Fake meats are a great stepping stone in a transition from meat-eating to veganism and an enjoyable ethical treat.


Fake meats glorify meat and are not very healthy or environmentally friendly.

2.  Vegetarians

Vegetarians are still on a journey and doing a lot of good already.


Vegetarians are just as guilty as meat-eaters of animal cruelty because they eat eggs and dairy.  We need to remind them of that every chance we get.

1. What Vegan Really Means

I give up.  Google returns more than 4 million hits for "vegan definition".  One for each vegan?

And everything in between

Go on, admit it.  I bet you are burning to give me the Right Answers.  I'm sure I haven't managed to hide entirely which "side" of each argument I favour.

Making a real difference

All of these are compelling ethical dilemmas.  But as you spiral into a quagmire with an equally argumentative vegan, ask yourself:

Even if I won, what difference would it make?
If you have strength, a power, some wisdom and logic, a biting wit, charm and persuasion - should you concentrate it on those who already agree with you on 99% of this stuff?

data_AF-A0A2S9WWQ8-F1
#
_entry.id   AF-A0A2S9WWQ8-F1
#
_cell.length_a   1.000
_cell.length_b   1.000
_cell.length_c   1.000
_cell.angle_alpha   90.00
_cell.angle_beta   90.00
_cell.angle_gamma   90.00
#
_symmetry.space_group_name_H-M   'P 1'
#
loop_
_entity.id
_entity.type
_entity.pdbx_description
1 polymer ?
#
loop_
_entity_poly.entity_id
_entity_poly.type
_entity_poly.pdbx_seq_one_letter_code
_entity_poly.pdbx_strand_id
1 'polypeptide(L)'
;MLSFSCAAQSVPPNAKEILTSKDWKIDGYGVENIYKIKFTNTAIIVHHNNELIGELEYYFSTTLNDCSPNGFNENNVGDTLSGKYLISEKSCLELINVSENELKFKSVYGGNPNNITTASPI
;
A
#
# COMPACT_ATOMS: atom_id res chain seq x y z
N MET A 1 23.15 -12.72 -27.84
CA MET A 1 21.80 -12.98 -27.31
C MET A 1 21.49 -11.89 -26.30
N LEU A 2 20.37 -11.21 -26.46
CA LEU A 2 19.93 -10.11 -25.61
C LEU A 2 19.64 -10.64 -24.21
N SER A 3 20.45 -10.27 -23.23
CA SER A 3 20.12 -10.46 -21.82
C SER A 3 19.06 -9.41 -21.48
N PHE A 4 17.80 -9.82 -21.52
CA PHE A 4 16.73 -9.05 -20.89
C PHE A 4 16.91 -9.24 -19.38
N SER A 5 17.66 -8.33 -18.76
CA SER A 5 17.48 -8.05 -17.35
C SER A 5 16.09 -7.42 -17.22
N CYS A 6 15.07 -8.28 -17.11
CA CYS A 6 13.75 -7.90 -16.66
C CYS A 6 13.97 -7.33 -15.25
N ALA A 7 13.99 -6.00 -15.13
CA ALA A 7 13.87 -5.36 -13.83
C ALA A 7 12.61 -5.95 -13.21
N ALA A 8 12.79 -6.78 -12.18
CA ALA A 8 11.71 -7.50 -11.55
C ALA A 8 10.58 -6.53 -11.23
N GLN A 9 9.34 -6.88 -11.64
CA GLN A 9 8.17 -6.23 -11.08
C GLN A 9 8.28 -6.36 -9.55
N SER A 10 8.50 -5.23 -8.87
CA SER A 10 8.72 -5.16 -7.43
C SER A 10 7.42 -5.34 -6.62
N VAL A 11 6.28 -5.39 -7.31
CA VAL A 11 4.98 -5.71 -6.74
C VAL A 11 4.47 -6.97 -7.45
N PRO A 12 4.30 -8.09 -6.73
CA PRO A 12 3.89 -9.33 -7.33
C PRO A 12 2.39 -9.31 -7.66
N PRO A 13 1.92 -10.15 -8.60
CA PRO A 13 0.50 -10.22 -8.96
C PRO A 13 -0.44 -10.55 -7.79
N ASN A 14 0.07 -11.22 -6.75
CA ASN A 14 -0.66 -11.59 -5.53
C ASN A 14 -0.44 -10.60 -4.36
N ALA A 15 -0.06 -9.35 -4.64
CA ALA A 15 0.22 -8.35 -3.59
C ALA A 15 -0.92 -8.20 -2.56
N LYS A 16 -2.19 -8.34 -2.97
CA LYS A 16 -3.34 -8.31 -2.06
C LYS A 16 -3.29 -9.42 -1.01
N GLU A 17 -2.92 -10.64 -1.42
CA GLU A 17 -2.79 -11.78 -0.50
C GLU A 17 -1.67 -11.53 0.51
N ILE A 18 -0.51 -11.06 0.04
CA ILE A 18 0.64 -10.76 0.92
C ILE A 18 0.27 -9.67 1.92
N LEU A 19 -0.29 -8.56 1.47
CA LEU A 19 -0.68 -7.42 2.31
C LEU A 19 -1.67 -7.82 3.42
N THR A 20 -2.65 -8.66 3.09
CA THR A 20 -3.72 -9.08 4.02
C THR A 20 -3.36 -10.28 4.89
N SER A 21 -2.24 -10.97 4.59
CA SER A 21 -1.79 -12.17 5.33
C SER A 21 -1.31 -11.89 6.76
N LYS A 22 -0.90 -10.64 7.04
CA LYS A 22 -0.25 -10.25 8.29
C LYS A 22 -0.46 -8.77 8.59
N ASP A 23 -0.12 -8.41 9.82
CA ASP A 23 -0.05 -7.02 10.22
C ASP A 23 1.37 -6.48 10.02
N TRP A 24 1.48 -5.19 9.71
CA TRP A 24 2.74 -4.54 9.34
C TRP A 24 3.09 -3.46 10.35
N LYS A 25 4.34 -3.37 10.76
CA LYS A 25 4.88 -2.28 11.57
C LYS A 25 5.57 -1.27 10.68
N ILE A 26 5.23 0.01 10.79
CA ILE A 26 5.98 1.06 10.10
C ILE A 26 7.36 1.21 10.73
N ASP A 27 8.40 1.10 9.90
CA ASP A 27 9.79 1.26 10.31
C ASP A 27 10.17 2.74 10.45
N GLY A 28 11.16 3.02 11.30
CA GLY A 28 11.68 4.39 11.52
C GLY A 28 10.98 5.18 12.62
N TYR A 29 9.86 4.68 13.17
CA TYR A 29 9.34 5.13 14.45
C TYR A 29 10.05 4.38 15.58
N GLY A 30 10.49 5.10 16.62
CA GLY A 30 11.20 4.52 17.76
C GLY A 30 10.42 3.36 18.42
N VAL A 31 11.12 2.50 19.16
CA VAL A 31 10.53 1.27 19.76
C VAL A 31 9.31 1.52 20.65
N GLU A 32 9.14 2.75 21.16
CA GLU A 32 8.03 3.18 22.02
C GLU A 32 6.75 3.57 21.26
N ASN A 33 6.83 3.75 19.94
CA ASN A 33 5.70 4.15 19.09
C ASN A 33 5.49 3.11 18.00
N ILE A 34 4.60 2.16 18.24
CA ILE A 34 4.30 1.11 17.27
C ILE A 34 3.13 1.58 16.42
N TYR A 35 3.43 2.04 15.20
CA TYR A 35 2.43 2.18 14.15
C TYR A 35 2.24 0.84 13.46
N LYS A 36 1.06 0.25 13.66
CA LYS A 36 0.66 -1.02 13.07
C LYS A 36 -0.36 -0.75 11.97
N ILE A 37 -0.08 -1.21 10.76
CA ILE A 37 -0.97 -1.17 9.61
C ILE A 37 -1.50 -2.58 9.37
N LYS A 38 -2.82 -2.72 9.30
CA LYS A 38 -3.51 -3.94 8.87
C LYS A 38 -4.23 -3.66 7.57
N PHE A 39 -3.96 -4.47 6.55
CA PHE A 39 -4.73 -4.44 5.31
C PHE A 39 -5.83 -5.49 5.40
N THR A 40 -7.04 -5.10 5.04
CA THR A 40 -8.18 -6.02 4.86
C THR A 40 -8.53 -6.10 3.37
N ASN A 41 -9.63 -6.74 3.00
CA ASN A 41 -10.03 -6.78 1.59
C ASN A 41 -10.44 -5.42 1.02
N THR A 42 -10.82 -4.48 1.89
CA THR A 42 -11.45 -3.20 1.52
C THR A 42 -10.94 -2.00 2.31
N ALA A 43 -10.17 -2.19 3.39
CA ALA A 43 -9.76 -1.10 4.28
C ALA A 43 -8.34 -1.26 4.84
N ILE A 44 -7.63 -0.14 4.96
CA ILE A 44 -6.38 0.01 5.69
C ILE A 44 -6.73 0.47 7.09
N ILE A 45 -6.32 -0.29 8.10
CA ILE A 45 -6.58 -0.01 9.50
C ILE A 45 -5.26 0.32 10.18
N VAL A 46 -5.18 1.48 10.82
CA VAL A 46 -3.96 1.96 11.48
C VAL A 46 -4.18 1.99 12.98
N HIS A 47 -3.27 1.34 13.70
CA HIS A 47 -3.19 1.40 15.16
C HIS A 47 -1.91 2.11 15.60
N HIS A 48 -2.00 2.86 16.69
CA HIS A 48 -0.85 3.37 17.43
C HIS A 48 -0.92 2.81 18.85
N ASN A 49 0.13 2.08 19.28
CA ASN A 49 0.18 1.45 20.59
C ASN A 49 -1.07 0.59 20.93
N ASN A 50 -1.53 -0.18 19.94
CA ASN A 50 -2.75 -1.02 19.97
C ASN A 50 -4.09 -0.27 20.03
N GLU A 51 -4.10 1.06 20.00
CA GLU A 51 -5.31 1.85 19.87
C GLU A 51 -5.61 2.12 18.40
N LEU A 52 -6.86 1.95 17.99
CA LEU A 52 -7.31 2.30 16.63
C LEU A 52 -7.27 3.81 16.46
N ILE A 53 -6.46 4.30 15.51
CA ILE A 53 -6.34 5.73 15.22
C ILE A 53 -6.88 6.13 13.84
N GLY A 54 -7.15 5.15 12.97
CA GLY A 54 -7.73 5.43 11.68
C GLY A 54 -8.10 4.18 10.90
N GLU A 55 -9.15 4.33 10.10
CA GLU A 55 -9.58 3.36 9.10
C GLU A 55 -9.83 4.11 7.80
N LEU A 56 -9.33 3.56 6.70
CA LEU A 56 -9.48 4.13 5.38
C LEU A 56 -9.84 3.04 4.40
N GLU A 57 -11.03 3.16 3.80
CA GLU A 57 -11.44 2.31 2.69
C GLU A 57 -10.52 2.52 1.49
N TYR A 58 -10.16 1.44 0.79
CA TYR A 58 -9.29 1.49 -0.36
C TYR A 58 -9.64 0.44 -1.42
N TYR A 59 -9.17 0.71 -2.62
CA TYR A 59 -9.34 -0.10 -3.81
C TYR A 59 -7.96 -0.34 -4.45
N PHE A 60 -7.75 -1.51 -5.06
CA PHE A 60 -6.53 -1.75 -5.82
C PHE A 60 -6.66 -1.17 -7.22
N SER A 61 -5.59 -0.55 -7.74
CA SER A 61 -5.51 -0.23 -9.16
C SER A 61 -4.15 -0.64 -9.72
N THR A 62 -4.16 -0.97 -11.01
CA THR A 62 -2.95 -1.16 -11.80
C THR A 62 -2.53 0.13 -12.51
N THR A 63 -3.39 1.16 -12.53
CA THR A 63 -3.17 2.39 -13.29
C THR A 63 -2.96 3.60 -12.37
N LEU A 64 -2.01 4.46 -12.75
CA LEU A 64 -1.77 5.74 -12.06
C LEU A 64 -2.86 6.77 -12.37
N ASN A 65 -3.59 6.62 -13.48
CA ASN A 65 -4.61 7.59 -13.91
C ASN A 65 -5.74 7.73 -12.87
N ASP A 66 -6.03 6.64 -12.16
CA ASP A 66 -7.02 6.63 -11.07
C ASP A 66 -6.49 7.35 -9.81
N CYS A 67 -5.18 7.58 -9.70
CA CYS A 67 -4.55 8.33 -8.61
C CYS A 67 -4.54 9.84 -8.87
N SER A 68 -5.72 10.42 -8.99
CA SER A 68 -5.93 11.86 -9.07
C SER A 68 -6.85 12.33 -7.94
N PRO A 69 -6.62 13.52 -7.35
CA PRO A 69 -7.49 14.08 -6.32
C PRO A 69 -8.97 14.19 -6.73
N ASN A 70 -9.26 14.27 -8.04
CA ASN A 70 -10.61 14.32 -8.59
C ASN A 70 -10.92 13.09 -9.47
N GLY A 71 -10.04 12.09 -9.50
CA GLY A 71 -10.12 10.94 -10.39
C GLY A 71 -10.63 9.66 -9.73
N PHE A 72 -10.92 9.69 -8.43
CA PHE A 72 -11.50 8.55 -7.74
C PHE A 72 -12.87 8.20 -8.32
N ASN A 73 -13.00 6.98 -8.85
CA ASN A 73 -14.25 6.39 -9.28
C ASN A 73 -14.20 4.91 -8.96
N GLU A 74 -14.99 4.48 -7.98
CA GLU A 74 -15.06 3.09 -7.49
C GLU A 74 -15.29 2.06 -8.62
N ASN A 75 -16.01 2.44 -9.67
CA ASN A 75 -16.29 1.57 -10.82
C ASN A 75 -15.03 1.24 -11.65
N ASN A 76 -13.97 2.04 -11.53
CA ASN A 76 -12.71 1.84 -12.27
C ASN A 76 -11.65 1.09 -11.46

If we agree to disagree on the 1% amongst ourselves, then all of us might have the energy to turn on the light for our own vegan vision to the meat-eating majority. 

Saturday, August 27, 2011

Winter Window Harvest

At the end of our New Zealand summer growing season, I planted some eager tomato volunteers for my first ever experiment with growing tomatoes inside.

My winter window tomatoes then...
Garden Indoor Tomato.jpg
I thought the weedy one on the right was not going to live.

 My winter window tomatoes now!

The weedy one is still weedy, but gave me my first ripe tomatoes.

I've eaten two of the tiny red ones, and they are sweet and juicy.  Success!


Here's hoping all those big green and rosy-green ones get really red too.  Winter is ending and the sun in that window is getting even stronger.